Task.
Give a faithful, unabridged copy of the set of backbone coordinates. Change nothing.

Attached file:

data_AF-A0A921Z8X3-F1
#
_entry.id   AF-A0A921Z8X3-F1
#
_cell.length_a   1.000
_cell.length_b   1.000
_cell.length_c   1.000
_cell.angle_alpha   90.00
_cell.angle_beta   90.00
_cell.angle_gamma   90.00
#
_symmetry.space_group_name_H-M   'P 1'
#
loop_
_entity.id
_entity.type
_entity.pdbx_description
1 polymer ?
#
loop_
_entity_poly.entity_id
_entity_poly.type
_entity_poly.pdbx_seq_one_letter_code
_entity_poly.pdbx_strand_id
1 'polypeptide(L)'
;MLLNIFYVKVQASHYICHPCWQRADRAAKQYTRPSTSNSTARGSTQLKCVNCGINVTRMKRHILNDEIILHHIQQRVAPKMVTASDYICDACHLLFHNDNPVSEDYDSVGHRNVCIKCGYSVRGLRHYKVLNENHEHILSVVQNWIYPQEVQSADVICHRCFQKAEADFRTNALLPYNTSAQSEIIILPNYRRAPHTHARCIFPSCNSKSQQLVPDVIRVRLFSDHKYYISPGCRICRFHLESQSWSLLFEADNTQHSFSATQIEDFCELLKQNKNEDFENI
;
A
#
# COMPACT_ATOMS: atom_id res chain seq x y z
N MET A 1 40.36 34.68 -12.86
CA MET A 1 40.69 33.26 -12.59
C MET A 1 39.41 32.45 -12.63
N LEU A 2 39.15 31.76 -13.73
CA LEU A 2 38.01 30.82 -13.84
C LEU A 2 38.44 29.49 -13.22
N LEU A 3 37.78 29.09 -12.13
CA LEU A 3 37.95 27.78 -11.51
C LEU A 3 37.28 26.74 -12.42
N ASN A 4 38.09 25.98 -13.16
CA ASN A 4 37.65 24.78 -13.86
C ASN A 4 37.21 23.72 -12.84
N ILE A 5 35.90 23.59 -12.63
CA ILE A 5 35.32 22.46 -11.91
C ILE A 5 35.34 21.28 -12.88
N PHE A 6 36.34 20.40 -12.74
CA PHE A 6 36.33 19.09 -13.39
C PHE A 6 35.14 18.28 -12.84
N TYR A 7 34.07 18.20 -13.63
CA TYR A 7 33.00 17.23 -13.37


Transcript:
data_AF-A0A921Z8X3-F1
#
_entry.id   AF-A0A921Z8X3-F1
#
_cell.length_a   1.000
_cell.length_b   1.000
_cell.length_c   1.000
_cell.angle_alpha   90.00
_cell.angle_beta   90.00
_cell.angle_gamma   90.00
#
_symmetry.space_group_name_H-M   'P 1'
#
loop_
_entity.id
_entity.type
_entity.pdbx_description
1 polymer ?
#
loop_
_entity_poly.entity_id
_entity_poly.type
_entity_poly.pdbx_seq_one_letter_code
_entity_poly.pdbx_strand_id
1 'polypeptide(L)'
;MLLNIFYVKVQASHYICHPCWQRADRAAKQYTRPSTSNSTARGSTQLKCVNCGINVTRMKRHILNDEIILHHIQQRVAPKMVTASDYICDACHLLFHNDNPVSEDYDSVGHRNVCIKCGYSVRGLRHYKVLNENHEHILSVVQNWIYPQEVQSADVICHRCFQKAEADFRTNALLPYNTSAQSEIIILPNYRRAPHTHARCIFPSCNSKSQQLVPDVIRVRLFSDHKYYISPGCRICRFHLESQSWSLLFEADNTQHSFSATQIEDFCELLKQNKNEDFENI
;
A
#
# COMPACT_ATOMS: atom_id res chain seq x y z
N MET A 1 40.36 34.68 -12.86
CA MET A 1 40.69 33.26 -12.59
C MET A 1 39.41 32.45 -12.63
N LEU A 2 39.15 31.76 -13.73
CA LEU A 2 38.01 30.82 -13.84
C LEU A 2 38.44 29.49 -13.22
N LEU A 3 37.78 29.09 -12.13
CA LEU A 3 37.95 27.78 -11.51
C LEU A 3 37.28 26.74 -12.42
N ASN A 4 38.09 25.98 -13.16
CA ASN A 4 37.65 24.78 -13.86
C ASN A 4 37.21 23.72 -12.84
N ILE A 5 35.90 23.59 -12.63
CA ILE A 5 35.32 22.46 -11.91
C ILE A 5 35.34 21.28 -12.88
N PHE A 6 36.34 20.40 -12.74
CA PHE A 6 36.33 19.09 -13.39
C PHE A 6 35.14 18.28 -12.84
N TYR A 7 34.07 18.20 -13.63
CA TYR A 7 33.00 17.23 -13.37